This article was published by The McAlvany Intelligence Advisor on Monday, September 19, 2016:  

FOX Business Network's control room screen

FOX Business Network's control room screen

In its rush (some say panic) to denigrate and neutralize Donald Trump's appeal in the presidential race, the mainstream media's bias has become so blatant that it may actually be turning off those it is trying to influence.

On September 11, Pew Research reported that almost two out of every three people it polled doubted the veracity and neutrality of the news they get from the media. That's an increase of 10 percent just since 2007. Additionally, Pew reported that the mainstream media is also having financial troubles, thanks not only to increasing skepticism from its core audiences but to increasing competition, thanks to the internet.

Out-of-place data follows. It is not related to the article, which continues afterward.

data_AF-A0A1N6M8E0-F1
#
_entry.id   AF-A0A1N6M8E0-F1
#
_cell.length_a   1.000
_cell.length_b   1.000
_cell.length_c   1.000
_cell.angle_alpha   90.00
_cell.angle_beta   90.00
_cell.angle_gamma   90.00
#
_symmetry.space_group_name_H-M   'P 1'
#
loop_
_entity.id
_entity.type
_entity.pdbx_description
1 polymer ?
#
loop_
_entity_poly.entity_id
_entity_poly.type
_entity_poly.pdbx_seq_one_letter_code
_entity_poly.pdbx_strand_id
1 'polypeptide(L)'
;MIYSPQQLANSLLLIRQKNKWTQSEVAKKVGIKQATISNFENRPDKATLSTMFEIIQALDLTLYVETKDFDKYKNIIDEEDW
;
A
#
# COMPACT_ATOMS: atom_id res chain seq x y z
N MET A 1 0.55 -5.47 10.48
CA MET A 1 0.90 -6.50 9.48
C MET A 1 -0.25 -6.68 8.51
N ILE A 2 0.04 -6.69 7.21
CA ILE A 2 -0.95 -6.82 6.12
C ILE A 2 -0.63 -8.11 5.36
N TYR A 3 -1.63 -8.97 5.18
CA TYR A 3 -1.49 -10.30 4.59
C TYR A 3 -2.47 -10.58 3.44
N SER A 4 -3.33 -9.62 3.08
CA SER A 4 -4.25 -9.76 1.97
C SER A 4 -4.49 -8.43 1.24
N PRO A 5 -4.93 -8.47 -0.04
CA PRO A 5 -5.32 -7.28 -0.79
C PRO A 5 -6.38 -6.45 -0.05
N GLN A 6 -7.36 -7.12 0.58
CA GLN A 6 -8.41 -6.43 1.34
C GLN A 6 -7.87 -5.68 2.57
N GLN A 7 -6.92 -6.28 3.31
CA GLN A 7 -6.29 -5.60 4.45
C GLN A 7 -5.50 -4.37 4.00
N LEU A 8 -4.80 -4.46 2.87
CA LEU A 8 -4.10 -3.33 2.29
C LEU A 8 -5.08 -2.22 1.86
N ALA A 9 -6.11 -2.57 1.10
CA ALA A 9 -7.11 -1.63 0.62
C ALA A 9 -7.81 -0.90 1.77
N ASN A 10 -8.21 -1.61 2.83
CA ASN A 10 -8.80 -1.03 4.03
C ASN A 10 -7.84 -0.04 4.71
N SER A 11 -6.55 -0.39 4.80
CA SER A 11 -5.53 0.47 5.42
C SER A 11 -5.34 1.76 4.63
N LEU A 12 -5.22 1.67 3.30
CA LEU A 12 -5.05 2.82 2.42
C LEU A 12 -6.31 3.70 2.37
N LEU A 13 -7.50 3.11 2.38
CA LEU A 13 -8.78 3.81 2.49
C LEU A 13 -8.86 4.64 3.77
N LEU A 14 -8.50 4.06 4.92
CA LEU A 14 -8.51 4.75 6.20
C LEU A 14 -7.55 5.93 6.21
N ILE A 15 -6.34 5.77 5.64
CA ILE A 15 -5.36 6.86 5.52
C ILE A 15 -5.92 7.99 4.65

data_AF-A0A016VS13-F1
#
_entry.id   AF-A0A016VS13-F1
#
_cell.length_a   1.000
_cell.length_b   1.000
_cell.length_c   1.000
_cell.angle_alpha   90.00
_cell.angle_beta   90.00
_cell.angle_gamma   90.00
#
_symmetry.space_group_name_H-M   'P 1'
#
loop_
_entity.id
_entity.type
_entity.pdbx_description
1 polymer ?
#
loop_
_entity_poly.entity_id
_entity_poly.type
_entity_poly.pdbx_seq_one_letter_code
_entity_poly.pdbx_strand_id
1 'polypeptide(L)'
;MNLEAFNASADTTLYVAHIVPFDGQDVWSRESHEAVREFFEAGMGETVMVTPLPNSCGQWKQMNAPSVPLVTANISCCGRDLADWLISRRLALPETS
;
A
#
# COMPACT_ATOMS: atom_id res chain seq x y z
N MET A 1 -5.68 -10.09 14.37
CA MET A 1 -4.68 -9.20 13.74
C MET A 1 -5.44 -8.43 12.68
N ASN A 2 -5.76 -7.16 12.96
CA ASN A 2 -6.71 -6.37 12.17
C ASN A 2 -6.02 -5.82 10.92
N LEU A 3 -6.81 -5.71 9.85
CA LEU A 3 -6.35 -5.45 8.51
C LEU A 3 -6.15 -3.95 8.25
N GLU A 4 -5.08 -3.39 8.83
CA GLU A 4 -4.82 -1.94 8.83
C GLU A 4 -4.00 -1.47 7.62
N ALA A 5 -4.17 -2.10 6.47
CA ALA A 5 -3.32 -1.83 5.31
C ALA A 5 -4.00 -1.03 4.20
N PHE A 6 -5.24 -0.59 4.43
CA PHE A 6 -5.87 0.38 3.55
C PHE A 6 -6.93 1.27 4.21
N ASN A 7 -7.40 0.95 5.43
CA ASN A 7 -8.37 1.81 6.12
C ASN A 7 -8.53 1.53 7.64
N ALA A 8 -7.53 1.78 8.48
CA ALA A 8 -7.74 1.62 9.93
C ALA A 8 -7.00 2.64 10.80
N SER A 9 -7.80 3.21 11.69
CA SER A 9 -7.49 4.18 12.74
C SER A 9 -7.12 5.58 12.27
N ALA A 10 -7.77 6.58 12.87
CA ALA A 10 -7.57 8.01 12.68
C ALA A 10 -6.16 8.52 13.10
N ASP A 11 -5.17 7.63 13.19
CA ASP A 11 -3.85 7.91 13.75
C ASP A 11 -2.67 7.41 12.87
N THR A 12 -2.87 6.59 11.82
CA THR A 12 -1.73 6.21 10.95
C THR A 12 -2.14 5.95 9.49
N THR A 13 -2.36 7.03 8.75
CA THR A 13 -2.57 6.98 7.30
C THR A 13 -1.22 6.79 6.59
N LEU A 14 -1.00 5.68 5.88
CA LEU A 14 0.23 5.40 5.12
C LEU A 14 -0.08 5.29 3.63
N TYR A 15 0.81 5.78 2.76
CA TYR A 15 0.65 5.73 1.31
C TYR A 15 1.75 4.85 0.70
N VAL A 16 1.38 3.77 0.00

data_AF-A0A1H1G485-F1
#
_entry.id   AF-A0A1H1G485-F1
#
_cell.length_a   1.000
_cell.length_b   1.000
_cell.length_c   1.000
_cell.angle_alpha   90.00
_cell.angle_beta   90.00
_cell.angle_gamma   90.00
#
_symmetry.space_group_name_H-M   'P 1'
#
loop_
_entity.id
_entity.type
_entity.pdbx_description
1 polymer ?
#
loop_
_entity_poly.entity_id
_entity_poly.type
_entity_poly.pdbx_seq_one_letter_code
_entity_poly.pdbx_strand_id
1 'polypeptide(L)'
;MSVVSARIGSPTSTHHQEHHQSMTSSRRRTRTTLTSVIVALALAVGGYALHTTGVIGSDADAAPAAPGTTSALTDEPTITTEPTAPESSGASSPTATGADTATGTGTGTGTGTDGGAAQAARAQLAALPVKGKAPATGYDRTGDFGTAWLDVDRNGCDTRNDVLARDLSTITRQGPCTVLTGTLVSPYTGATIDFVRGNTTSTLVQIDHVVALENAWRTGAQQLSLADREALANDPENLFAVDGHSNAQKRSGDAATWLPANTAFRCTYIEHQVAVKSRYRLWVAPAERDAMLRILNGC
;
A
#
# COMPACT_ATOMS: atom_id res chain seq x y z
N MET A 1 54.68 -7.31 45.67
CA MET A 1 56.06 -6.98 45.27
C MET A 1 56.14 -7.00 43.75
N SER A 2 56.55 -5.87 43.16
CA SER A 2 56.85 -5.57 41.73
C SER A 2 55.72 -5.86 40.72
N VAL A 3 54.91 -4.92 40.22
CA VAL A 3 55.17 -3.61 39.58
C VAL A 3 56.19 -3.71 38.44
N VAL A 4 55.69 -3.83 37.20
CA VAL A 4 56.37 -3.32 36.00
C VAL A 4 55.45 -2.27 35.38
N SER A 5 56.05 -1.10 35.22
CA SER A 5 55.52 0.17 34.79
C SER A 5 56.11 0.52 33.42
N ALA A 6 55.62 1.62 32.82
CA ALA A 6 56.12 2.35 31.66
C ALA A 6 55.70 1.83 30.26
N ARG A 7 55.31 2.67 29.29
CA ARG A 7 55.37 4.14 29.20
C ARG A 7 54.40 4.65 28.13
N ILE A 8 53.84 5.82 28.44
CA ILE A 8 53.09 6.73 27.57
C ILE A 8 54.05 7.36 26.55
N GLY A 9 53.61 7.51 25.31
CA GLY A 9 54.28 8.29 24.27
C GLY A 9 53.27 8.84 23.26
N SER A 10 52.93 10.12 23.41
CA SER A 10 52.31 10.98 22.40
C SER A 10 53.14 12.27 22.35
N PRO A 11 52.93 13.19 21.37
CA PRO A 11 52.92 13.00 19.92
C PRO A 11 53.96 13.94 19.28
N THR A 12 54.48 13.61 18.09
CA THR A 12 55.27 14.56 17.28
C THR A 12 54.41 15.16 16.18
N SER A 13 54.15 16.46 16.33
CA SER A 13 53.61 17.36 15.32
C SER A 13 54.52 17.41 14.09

For instance, advertising dropped by 29 percent just during the first six months of 2016 while ad revenue on broadcast stations declined by 12 percent in the same period. Radio advertising also took a hit, falling by 23 percent from January through July.

Bill Keller, executive editor of The New York Times, the preeminent voice of the liberal establishment, used declining revenues as an excuse for its increasingly poor performance, telling CBS News that the budget squeeze “means [that] facts don't get checked as carefully as they should.” He also took issue with just how Pew defines the “news media”:

The great flood that goes under the heading “news media” has been poisoned by junk blogs, gossip sheets, shout radio, and cable-TV partisans that don't deserve to be trusted.